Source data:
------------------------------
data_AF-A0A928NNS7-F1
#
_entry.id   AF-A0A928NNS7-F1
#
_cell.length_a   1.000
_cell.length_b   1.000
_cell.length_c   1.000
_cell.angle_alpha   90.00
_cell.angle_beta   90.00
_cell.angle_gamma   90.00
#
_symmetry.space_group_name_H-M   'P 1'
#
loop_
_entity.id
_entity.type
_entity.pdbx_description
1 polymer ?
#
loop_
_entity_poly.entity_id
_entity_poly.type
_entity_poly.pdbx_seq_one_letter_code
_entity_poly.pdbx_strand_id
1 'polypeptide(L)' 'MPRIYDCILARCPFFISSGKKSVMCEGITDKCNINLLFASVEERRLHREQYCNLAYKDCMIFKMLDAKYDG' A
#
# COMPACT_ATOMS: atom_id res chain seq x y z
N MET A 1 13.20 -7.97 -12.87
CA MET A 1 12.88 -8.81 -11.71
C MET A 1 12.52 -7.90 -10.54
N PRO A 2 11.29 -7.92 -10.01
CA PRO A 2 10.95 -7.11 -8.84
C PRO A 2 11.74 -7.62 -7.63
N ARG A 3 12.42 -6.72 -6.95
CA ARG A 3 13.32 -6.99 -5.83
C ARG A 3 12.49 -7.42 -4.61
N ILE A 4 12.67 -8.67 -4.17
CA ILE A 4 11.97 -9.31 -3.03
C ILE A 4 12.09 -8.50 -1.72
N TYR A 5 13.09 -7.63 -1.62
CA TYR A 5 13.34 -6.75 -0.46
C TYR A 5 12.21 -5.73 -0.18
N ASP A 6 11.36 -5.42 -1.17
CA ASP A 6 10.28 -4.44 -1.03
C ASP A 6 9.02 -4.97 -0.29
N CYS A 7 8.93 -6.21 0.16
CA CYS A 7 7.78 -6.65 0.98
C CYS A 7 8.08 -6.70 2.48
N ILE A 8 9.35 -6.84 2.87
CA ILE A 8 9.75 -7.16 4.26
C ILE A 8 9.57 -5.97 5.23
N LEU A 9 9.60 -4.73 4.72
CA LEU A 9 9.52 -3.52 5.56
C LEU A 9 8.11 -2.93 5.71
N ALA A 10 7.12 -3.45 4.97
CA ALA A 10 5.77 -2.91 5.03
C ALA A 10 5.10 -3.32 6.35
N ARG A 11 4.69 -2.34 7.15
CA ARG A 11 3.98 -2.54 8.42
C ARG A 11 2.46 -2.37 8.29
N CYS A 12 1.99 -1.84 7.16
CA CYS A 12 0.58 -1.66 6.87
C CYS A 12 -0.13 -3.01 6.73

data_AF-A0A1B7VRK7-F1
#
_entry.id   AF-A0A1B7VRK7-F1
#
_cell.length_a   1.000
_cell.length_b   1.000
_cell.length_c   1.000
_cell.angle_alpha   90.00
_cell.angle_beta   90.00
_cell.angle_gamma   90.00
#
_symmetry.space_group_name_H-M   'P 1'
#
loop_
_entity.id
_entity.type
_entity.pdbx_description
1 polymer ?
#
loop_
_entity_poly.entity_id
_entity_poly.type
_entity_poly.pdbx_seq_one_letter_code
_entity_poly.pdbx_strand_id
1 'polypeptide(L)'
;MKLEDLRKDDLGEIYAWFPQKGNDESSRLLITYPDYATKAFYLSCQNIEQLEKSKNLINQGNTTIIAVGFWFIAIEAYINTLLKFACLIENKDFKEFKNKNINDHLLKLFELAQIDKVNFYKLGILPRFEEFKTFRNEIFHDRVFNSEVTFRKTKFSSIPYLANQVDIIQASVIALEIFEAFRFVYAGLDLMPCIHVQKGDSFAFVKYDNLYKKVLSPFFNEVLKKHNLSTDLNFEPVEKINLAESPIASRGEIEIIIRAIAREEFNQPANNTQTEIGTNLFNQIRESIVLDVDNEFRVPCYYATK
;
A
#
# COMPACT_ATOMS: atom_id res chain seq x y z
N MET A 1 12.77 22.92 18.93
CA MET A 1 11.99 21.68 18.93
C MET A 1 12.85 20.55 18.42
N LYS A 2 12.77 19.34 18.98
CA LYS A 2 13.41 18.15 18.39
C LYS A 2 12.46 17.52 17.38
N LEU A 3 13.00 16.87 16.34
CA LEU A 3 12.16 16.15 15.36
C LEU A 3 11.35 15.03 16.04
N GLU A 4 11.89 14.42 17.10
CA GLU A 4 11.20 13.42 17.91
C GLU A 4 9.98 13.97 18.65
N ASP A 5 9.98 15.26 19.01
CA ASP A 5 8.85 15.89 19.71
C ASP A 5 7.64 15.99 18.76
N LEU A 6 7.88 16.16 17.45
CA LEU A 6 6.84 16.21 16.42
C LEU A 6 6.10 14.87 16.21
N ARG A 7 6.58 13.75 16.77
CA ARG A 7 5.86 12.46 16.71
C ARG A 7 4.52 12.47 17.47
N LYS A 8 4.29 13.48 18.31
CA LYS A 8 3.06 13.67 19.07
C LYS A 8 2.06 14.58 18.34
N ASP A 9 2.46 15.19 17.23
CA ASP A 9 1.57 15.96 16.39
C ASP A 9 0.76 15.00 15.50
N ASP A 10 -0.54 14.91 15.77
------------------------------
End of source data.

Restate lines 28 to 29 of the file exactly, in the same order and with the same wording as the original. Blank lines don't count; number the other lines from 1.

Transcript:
N MET A 1 13.20 -7.97 -12.87
CA MET A 1 12.88 -8.81 -11.71